The plaintiffs tried unsuccessfully to have the trial moved out of the county, fearing that the turbines were too popular, due to local publicity that "has not included enough information about the negative aspects of wind energy."

In December, 2006, the jury found NextEra to not be guilty, awarding the plaintiffs nothing. The case had been closely watched by developers across the state, concerned that a decision against NextEra would make further development much riskier. The plaintiffs considered appeal options.

Having failed to stop the construction of Horse Hollow or collect damages from NextEra, Rankin and others sued the Taylor County Commissioners Court in April 2008, claiming the tax abatements given to wind farms were illegal. Rankin dropped the suit in June 2008 for procedural reasons and vowed to refile. Rankin claims that wind farms would be unprofitable without tax breaks and subsidies, so he views this suit as an attack against the viability of wind in Texas. He acknowledged that if his suit were successful, the state legislature would likely pass a law to make the abatements legal.

Debate about the wind farm has bubbled up outside the courtroom as well. Rankin and POWTL argue that Texas' unique scenes are being ruined by greedy corporations. Believing they are fighting to save Texas, Rankin compared their suit to defending the Alamo, a comparison that drew fire on the letters page of the local paper. One reader asked, "a lawsuit seeking money from a company that's helping the area, the region and even the state over a little noise and wind turbines somehow compares to the lives lost in 1836?" Rankin defended his rhetoric, saying "We are fighting for our state against a well-organized enemy that is determined to overrun us."

POWTL's website aims to "prevent the further destruction of scenic areas" by spreading information about wind energy and their fight against it. It includes a gallery of before and after photographs of Horse Hollow, taken from the homes of two of the plaintiffs. They share goals, tactics and information with other groups opposed to wind, such as National Wind Watch and the North Texas Wind Resistance Alliance.


Texas will continue to be a contested site for new turbine development.  Government policies and incentives, as well as the interest of wealthy investors like T. Boone Pickens, continue to spur additional development.  At the same time, at least 6 community organizations have been founded in the state to challenge wind development in every region.  For example, the Cross Timbers Landover Conservancy founded, an extremely well-developed website opposing wind development in southern Texas.  As local opposition is stirred by state support for wind, conflicts will continue to emerge.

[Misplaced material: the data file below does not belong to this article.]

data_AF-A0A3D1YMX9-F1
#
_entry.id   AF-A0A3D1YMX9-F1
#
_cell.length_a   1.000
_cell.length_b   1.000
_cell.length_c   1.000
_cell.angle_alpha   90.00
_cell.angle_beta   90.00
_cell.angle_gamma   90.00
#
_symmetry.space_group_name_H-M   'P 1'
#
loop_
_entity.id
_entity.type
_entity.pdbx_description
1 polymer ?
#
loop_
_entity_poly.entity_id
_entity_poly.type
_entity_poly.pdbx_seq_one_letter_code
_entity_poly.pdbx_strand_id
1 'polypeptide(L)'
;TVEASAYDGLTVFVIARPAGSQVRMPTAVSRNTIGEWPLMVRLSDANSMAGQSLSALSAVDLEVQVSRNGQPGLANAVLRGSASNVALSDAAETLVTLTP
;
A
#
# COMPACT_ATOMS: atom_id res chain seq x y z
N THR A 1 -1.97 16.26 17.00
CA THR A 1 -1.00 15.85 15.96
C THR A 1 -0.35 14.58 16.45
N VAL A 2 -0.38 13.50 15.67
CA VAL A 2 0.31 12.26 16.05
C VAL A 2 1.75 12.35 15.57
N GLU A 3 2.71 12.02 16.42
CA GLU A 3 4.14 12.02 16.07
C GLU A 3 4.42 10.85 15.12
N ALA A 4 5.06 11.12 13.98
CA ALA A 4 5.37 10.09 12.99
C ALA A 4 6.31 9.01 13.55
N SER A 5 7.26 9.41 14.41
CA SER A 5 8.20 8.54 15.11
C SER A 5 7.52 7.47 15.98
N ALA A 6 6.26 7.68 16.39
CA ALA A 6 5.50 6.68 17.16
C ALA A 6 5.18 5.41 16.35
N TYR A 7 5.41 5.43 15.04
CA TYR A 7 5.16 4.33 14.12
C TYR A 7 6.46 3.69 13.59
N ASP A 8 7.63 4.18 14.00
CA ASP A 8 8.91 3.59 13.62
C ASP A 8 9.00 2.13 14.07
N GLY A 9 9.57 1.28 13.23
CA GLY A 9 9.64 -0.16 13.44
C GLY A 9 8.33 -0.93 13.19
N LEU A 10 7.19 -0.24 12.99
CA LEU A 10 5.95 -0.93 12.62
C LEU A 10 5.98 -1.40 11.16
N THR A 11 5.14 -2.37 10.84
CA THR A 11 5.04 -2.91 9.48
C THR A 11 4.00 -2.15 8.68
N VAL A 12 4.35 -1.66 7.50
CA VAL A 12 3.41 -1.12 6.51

Because Texas lacks an Environmental Impact Analysis process for wind development, there is little information about expected impacts and mitigation approaches. The only recourse for community members who feel wronged by the process is litigation. Suits may force the developers to do piecemeal analyses—as NextEra did when they examined the impact of noise on neighbors—but this is clearly an inefficient means of doing so. Some of Rankin's claims may be hyperbolic, but given the scale of wind development in Texas there is astoundingly little opportunity for citizens to be involved in the planning process.

Full Bibliography

Childs, Dana. "Wind energy scores major legal victory in U.S." Cleantech (December 20, 2006), (accessed August 6, 2008).

"DSIRE: Incentives by State: Incentives in Texas." 2007. (accessed Aug 2, 2008).

"FPL gives $83,000 to local agencies" Abilene Reporter-News (May 16, 2008), (accessed August 7, 2008).

"New Electric Generating Plants in Texas" Public Utility Commision of Texas (2007), (accessed August 5, 2008).

Peveto, Kyle. "In a stir over wind farms" Abilene Reporter-News (April 28, 2008 ), (accessed August 6, 2008).

Rankin, Dale. "Letter: Comparison UnfairAbilene Reporter-News (January 9, 2007 ), (accessed August 6, 2008).

Reed, Jerry. "Lawyer ponders next step in anti-wind turbine case" Abilene Reporter-News (December 21, 2006),,1874,ABIL_7959_5228395,00.html. (accessed August 6, 2008).

Reed, Jerry. "Nolan County economy soars on wind industry" Abilene Reporter-News (July 11, 2008), (accessed August 6, 2008).

Reed, Jerry. "Wind farm trial winds down, goes to jury" Abilene Reporter-News (December 19, 2006 ), (accessed August 6, 2008).

Schoenewald, Daralyn. "Tuscola man drops wind farm lawsuit, says he plans to refileAbilene Reporter-News (July 31, 2008 ), (accessed August 6, 2008).

Thompson, Steven. "Lawsuit - Dale Rankin, et al, Plaintiffsl vs. FPL Energy, et al, Defendants (February 23, 2006), (accessed August 6, 2008).

Image Bibliography

Figure 1:  "More wind turbines and clouds in Texas." (Accessed Aug 10, 2008).